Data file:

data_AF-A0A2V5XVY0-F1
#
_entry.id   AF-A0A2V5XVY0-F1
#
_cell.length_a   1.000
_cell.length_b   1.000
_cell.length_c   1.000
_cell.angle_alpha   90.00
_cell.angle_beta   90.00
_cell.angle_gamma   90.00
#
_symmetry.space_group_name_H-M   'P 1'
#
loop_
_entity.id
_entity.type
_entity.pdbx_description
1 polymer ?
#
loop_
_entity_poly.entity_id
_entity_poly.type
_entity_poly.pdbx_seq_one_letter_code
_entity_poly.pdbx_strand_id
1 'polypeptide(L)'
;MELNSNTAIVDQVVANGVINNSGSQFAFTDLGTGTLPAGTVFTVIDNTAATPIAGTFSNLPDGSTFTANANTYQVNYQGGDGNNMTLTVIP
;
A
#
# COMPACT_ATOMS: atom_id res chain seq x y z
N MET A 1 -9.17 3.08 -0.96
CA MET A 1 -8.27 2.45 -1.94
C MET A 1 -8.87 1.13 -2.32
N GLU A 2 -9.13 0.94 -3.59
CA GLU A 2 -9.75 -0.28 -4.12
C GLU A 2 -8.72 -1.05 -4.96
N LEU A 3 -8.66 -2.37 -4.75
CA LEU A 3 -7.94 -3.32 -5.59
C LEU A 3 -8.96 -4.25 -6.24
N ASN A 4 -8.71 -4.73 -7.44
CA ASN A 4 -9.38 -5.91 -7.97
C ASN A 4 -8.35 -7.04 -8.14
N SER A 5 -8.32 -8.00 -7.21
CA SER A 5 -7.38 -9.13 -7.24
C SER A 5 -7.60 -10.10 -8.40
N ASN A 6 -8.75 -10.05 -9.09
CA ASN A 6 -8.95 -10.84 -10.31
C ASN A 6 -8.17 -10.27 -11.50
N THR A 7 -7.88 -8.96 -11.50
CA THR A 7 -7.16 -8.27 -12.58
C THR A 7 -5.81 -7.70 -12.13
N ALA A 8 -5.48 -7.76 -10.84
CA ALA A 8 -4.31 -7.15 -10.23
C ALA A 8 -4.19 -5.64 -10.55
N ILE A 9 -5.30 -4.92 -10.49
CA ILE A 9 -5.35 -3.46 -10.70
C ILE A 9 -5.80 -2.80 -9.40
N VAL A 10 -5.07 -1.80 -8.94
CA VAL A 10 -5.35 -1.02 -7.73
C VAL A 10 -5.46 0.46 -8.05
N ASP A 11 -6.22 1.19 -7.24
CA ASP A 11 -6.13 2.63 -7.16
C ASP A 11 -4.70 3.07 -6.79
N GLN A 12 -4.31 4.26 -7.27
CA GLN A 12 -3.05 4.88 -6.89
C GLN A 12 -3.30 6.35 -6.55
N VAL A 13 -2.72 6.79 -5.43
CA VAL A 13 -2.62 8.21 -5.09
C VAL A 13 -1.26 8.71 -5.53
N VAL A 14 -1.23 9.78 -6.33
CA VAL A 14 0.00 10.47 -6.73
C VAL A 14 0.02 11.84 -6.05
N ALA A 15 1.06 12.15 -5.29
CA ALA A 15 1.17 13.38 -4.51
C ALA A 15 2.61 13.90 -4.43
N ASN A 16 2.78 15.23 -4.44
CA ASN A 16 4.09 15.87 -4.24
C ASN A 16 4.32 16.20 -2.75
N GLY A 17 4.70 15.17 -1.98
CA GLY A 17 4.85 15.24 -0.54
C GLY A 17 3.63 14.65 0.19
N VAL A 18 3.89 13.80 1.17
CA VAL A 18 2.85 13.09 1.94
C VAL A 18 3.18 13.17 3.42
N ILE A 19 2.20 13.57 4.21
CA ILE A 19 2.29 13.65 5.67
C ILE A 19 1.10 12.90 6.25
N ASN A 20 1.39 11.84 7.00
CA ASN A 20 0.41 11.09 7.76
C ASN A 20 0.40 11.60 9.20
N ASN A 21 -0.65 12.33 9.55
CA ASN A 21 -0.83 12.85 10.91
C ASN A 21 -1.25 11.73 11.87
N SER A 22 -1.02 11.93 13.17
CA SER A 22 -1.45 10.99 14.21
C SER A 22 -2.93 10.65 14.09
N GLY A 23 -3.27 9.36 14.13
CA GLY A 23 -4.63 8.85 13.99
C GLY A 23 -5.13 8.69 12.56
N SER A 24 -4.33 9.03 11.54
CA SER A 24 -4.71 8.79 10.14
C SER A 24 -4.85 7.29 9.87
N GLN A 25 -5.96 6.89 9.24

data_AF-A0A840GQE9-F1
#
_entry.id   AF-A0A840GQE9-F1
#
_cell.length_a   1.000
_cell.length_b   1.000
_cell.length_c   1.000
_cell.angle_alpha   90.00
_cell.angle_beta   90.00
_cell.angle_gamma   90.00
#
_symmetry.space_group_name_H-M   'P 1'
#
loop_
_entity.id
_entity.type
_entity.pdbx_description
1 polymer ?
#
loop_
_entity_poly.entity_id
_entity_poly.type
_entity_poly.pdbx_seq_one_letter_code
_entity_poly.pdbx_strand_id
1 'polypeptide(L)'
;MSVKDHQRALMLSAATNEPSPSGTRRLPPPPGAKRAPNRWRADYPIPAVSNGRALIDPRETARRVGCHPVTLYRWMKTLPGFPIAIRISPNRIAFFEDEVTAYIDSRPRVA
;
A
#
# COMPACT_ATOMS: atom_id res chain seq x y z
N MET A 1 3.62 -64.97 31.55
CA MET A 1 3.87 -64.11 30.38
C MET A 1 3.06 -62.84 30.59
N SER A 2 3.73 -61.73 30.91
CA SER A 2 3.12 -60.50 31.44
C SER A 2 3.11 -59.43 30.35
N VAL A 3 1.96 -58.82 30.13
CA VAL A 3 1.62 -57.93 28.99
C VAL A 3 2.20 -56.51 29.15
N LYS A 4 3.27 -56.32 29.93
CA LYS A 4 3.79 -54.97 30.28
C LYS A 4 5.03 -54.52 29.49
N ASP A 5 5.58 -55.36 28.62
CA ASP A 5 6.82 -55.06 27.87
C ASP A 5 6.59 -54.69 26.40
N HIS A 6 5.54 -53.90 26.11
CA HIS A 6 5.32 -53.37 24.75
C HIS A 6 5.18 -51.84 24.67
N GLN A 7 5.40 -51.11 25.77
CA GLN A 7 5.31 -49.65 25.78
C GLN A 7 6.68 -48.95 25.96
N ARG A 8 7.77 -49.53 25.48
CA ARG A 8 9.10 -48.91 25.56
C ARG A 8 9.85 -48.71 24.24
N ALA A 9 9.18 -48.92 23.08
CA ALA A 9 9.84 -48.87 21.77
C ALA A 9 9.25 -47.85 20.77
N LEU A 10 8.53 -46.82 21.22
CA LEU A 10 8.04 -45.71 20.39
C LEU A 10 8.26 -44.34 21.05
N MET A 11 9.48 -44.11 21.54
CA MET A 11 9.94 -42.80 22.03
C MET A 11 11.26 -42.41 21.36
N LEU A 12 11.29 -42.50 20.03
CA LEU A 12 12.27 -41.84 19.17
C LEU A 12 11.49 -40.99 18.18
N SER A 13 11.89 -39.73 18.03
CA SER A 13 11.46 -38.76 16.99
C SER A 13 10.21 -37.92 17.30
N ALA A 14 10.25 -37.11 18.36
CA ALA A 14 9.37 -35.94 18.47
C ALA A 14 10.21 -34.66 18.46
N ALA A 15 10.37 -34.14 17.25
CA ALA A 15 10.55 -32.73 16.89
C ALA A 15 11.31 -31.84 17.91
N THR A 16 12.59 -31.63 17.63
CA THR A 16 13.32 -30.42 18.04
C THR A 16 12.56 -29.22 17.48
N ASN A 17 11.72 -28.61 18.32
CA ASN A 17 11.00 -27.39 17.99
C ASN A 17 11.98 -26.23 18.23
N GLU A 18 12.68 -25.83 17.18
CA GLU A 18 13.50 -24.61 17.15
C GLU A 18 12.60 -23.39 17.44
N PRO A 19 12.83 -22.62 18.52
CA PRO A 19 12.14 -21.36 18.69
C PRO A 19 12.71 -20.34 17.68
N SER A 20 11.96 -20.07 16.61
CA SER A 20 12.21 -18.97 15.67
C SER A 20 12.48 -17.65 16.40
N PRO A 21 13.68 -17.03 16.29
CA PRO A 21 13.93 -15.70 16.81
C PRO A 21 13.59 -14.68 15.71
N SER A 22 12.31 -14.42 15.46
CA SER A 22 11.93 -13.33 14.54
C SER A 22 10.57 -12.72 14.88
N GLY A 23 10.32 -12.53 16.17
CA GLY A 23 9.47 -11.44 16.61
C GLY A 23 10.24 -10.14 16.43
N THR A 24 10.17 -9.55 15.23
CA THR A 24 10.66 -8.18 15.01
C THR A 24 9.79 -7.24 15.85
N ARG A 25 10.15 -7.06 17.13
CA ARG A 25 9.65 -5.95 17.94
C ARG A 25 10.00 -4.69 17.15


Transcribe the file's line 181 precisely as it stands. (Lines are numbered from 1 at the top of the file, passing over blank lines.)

C THR A 16 12.56 -29.22 17.48